Miami Heat

The Miami Heat is in the East’s top 8 despite issues with two of its best players

Miami Heat guard Goran Dragic drives against Golden State Warriors guard Klay Thompson in a game earlier this month. Dragic is trying to shake out of a shooting slump.
Miami Heat guard Goran Dragic drives against Golden State Warriors guard Klay Thompson in a game earlier this month. Dragic is trying to shake out of a shooting slump.

Here’s the glass half-full perspective on the Heat: It’s a notable achievement that Miami enters the weekend holding one of the Eastern Conference’s eight playoff spots despite Hassan Whiteside missing 18 games and despite Goran Dragic’s month-long shooting slump.

“It’s great,” Whiteside said Friday of Miami pushing above .500 with him missing more than half of the games. “The guys have really been playing well. Keep pushing, keep passing teams. That’s what it’s about.”

The Heat, which entered Friday’s game against Brooklyn at 18-16, also knows the potential to push a bunch of games above .500 with a healthy Whiteside and a more efficient Dragic.

After ranking third among all point guards in shooting percentage last season (47.5) and getting off to a strong start this season, Dragic has shot just 36.7 percent from the field over his past 12 games and 22.8 percent on threes (8 for 35). He’s averaging just 11.9 points per game during that stretch.

Dragic’s 43.6 shooting percentage for the season would be his lowest since 2010-11 and ranks just 17th among point guards.

Discomfort from an elbow injury has contributed to that recently.

“I mean, every time when you shoot it, it has an impact,” Dragic said of the strained left elbow injury that sidelined him for two games recently. But I think that’s not even the case here. I’m never going to use that as an excuse, so we should close that book.”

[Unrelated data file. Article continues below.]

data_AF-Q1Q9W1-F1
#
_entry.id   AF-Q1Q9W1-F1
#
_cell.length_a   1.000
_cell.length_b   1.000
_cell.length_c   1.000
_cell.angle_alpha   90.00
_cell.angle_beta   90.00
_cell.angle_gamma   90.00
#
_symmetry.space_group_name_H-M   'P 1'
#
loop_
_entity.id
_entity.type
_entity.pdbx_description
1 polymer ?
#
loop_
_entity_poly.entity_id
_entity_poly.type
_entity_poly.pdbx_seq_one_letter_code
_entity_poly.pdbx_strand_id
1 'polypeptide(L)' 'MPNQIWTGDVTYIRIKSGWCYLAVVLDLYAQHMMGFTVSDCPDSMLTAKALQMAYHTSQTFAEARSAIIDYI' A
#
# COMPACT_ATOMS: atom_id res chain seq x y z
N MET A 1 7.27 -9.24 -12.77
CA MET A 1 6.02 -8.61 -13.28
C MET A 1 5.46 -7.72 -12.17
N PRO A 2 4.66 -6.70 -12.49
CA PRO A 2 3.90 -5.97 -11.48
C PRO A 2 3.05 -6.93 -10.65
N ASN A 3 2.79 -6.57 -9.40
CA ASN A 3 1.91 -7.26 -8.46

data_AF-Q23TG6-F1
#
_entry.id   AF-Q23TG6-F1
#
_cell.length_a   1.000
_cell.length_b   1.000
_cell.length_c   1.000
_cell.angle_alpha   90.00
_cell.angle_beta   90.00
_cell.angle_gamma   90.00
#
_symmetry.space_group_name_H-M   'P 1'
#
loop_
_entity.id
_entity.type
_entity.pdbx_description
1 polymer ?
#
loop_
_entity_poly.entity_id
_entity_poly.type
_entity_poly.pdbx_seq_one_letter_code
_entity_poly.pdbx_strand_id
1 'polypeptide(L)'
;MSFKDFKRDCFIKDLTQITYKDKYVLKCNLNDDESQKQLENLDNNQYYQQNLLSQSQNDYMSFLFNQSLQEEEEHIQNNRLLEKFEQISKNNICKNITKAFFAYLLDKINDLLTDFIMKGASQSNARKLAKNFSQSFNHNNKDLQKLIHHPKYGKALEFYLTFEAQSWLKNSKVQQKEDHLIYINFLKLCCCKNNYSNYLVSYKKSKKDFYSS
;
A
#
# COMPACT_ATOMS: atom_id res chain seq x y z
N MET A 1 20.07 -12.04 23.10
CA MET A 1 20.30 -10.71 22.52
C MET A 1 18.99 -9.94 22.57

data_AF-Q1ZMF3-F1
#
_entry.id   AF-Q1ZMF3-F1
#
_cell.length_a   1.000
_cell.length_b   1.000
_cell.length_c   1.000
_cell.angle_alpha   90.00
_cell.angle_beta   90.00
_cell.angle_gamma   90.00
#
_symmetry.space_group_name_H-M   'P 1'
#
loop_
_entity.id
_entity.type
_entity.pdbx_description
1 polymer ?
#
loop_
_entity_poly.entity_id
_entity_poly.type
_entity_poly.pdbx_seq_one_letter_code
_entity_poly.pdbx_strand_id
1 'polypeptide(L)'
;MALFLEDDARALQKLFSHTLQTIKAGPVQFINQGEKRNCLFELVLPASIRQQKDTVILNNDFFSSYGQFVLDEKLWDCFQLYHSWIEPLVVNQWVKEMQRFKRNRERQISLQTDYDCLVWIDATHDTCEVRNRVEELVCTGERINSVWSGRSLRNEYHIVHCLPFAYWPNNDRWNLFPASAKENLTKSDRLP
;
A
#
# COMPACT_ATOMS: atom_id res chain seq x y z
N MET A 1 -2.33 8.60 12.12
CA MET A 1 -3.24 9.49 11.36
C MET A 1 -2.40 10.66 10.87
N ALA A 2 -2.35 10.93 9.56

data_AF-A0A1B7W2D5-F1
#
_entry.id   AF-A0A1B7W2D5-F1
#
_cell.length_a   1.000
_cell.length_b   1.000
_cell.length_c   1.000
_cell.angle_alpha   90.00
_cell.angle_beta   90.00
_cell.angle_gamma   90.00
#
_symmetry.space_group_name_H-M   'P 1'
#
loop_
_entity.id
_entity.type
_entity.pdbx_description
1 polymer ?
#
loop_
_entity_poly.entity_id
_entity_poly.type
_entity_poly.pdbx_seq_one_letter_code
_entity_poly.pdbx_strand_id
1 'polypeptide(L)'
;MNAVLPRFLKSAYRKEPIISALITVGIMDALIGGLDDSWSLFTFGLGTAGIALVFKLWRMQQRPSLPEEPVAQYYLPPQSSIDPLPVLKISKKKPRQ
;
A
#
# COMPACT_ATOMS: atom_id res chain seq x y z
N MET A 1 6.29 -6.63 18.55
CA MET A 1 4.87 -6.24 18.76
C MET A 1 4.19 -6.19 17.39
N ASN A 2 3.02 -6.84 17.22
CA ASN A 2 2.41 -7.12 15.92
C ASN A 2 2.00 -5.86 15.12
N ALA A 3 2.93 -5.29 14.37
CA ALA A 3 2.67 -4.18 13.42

Miami Heat's Goran Dragic talks to media after win over Orlando Magic on Dec. 26, 2017.

Dragic watched tape with Heat shooting guard Rob Fodor this week and didn’t notice anything with his mechanics that needs fixing.

“Mechanically, it’s the same,” Dragic said. “Everything is the same. Just maybe some confidence is not there. But it’s the same. Sooner or later, it’s going to go in.”

Dragic typically generates some of his offense with a jump shot around the foul line.

He said defenses aren’t taking that shot away, but “it just hasn’t been there for a few games. When you’re not shooting the ball well, that’s a tough shot. That shot is like a go-to move. But if you miss, that’s a bad shot. So basically you need to feel good to shoot those shots.”

Erik Spoelstra said he isn’t concerned about Dragic’s shooting slump.

“Every player goes through a stretch where you aren’t necessarily shooting the percentage you want to shoot,” Spoelstra said. “What you saw last game was how he can impact the game in so many different ways.

“His energy in the third quarter [against Orlando] is what started the ball rolling in the right direction. Defensively, picking up 94 feet. Aggressive and relentless offensively. He will figure it out. I don’t want to make it more complicated. If anything, I will try to get him more opportunities, see if we can get him some easy ones. Great players figure it out.”

As for Whiteside, he said the bone bruise on his left knee “is a little sore but the pain has subsided substantially.”

Friday was Whiteside’s second game back since missing 13 games with his second bone bruise. “Coach is limiting my minutes but as I get better and back used to the game, that will change,” he said.

Spoelstra said Whiteside is “in fantastic shape. Body fat is in a great place. All the conditioning tests he has passed. [But] it’s different when you go five-on-five. The game goes fast. The game will dictate [his playing time] but I am not in a rush to play him 30 minutes. I want him going as hard as he possibly can.”


▪ Spoelstra said he did not expect James Johnson (ankle), Dion Waiters (ankle) and Justise Winslow (knee) to play in either of the games of this back-to-back set, including Saturday’s game at Orlando.

▪ Spoelstra is pleased with what he has seen from Michigan undrafted point guard Derek Walton Jr., who has been getting playing time amid injuries to others: “He’s a heady player. He can run your team, knows how to deliver the ball. Some of the clever, savvy passes he makes you can’t teach. You just know he has been the head of the ship many, many years. He’s got a very good future ahead of him.”

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